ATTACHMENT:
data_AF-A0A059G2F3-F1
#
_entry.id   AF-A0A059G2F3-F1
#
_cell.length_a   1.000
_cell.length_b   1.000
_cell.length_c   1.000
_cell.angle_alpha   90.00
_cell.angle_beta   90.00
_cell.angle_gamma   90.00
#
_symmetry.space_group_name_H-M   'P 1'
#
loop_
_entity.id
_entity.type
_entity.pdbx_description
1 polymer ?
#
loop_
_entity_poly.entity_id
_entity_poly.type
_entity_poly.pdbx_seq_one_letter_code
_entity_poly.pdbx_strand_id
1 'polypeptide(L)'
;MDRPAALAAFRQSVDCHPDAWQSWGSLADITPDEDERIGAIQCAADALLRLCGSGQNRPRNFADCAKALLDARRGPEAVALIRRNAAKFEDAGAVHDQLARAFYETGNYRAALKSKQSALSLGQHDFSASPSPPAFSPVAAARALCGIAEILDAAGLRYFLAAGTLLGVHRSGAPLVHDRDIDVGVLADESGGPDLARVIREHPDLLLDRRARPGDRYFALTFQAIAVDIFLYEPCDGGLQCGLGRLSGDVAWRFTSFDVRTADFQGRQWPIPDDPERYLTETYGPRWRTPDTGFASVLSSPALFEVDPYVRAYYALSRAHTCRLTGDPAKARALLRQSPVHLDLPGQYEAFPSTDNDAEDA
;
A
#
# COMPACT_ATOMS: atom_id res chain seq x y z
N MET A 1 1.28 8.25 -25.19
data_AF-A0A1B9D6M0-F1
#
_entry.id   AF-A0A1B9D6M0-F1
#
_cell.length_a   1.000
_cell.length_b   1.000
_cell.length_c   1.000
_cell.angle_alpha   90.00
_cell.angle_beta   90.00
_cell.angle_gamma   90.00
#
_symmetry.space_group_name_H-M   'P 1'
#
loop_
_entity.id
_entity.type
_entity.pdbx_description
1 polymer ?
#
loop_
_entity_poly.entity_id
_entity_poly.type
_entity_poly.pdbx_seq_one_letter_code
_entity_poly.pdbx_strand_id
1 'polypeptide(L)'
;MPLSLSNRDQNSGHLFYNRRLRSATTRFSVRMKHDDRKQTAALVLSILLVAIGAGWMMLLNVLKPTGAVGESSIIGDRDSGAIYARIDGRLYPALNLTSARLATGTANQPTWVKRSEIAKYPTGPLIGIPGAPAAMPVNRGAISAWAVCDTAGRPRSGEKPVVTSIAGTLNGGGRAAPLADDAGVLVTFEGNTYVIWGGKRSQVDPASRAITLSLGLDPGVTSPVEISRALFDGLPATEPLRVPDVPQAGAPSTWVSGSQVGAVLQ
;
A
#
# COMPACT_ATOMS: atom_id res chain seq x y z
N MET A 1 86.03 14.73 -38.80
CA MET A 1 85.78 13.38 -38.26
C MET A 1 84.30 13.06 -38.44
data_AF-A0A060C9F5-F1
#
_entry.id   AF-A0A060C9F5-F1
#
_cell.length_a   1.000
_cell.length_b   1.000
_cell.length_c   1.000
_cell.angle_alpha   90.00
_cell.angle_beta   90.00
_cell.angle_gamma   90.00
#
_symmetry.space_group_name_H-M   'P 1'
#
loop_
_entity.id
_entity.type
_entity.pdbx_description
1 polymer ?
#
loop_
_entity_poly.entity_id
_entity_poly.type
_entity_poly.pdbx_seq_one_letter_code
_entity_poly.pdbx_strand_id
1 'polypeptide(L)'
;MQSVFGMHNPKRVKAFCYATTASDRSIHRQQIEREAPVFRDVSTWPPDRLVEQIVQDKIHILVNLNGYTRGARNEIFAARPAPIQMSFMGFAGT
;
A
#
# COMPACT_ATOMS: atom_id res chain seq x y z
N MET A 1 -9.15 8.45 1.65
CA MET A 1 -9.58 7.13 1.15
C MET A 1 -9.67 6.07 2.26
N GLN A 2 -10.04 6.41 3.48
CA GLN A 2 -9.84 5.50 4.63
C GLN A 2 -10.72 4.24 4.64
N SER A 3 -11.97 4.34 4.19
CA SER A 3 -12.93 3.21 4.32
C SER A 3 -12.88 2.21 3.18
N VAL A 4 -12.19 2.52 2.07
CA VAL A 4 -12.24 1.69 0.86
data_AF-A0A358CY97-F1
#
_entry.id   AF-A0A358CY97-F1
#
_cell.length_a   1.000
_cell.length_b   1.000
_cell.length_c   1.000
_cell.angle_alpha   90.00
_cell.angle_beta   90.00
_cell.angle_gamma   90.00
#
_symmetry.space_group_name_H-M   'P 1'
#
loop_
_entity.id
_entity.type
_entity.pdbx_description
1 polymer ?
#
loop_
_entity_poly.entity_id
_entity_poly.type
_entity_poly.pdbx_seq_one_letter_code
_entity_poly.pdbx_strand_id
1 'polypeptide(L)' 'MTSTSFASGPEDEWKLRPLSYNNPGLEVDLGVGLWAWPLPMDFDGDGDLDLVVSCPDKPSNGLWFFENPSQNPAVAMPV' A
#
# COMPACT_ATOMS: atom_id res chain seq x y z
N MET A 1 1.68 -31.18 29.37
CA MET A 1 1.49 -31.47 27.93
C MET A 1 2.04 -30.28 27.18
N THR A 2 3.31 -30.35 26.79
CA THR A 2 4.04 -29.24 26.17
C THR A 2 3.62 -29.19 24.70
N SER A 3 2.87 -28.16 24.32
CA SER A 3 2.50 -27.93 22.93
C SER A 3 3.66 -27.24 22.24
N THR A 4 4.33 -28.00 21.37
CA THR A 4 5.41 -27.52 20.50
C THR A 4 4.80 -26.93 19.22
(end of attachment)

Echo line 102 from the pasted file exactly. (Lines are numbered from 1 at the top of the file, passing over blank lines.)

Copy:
CA SER A 3 -12.93 3.21 4.32